Laughter, accolades highlight farewell party for Harry Daniels

More than 70 well-wishers packed the Norman Hall Terrace Room recently to say farewell to Harry Daniels, a popular counselor education professor whose engaging nature is rivaled only by his soft demeanor.

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Harry Daniels (center) enjoys a moment while being roasted during his retirement party held in the Terrace Room.

After devoting 49 years of his life to education – including 19 years as a teaching professor, department head and mentor to many doctoral students at the UF College of Education – Daniels is retiring.

“I’m humbled by the opportunity to work with students that look to me for guidance and direction, Daniels said before Thursday’s party, where he was lovingly “roasted” by several colleagues. “Some of them have been brilliant, but I’ve always believed that I’d know when it’s time to retire. Now that I’m 71 years old, that time is here.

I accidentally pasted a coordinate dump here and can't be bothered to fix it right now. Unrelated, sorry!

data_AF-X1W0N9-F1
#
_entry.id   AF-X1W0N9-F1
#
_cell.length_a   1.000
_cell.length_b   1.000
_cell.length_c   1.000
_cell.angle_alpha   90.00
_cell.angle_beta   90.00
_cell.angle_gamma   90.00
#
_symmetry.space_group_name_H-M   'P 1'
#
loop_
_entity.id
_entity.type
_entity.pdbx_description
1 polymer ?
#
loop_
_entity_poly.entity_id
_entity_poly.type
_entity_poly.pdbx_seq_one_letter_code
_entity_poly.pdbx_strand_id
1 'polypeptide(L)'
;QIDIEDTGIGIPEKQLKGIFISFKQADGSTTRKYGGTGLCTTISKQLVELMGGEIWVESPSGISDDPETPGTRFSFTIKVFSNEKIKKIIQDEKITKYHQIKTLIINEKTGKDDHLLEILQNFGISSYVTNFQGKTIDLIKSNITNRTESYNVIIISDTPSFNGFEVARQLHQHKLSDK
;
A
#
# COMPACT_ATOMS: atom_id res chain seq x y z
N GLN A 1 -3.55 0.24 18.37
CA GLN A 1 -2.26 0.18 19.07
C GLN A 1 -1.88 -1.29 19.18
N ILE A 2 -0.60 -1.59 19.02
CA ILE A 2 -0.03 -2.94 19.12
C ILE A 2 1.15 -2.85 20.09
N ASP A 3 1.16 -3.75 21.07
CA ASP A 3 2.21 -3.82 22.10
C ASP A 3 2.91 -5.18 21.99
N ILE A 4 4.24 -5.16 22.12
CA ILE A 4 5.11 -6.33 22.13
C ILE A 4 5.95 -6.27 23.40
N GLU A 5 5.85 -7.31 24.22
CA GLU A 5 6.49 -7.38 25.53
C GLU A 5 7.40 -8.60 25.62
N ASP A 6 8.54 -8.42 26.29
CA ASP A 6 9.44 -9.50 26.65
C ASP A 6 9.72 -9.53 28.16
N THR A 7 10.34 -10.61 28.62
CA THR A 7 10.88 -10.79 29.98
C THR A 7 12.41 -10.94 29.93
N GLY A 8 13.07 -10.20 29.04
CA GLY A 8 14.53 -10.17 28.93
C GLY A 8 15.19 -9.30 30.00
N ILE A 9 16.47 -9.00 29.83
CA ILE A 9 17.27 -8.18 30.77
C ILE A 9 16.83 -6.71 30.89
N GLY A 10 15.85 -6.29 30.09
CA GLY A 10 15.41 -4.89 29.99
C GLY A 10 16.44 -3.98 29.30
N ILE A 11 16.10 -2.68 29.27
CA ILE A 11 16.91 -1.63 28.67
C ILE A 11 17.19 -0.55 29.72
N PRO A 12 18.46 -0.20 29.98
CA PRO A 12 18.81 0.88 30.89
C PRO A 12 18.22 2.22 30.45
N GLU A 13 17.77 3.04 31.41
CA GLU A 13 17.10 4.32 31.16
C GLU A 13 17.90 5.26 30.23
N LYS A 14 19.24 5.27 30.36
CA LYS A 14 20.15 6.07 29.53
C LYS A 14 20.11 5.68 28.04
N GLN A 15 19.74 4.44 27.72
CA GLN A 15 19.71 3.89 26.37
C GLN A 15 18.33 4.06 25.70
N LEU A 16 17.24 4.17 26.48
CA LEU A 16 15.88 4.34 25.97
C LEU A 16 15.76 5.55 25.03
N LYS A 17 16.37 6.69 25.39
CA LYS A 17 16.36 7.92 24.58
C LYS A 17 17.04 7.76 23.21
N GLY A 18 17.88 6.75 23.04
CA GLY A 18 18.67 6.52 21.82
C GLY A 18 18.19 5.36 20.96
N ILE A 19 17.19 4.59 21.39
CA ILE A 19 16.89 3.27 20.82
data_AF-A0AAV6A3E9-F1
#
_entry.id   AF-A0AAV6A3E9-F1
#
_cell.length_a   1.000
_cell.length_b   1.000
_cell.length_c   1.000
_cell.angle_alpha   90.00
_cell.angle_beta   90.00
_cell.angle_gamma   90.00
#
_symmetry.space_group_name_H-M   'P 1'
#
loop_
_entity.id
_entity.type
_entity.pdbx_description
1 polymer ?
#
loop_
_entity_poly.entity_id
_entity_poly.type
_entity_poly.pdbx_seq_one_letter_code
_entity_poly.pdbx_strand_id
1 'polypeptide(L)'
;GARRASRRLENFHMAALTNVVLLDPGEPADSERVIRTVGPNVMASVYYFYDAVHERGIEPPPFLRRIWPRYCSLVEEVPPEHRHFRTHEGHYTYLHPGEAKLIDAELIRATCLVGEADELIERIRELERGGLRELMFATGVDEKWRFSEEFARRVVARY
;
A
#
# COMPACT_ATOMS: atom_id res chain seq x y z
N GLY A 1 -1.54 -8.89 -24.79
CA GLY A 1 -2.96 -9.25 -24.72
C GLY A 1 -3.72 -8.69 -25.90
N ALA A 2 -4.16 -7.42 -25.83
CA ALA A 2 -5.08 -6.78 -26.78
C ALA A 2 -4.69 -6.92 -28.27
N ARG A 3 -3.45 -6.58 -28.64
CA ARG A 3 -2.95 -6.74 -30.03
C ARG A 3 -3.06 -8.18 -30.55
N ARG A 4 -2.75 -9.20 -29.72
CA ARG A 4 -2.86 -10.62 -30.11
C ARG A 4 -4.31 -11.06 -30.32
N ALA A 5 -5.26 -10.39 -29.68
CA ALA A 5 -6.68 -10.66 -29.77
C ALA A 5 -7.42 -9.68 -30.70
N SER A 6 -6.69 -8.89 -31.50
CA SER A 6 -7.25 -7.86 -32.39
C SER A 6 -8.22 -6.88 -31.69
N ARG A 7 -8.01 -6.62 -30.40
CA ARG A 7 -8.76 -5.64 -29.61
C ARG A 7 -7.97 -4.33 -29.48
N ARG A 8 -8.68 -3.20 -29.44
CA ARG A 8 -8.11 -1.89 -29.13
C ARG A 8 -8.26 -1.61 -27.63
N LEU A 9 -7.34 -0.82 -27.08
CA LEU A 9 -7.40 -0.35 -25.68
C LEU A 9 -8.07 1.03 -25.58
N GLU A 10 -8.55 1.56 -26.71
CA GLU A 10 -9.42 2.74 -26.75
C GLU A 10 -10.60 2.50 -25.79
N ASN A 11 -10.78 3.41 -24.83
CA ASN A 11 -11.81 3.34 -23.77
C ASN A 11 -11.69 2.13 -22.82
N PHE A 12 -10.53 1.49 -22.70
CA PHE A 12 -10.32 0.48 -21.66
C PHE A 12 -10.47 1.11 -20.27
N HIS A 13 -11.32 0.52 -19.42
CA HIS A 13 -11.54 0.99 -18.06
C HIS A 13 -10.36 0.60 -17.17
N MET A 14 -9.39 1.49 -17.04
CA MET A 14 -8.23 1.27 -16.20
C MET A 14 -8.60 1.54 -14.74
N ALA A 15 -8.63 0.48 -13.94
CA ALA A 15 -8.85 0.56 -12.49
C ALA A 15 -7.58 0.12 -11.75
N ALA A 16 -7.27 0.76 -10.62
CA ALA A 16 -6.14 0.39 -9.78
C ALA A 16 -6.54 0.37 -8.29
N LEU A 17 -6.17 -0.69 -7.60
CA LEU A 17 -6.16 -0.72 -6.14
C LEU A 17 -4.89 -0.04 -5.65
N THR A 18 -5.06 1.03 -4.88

“Counselor education is an intense profession, and I’ve enjoyed every minute of it,” he added. “I’ve been blessed to be surrounded by great friends, a loving family and wonderful colleagues.”

Among those blessings is Paul Sindelar, who took a few jabs at Daniels’ golf game, recalling the different nicknames his longtime friend had earned during their Sunday outings at local courses.

“He was quite a slicer,” and more often than not, his ball would end up on the other side of a fence along the fairway,” Sindelar said as Daniels sat nearby, hiding his face in his hands. “We started calling him Chain Link.”

Daniels also bore the name “Hotel Harry Daniels” – a reference to the Doubletree Inn — after one of his shots ricocheted off two trees in a wooded area, where he apparently spent a great deal of time.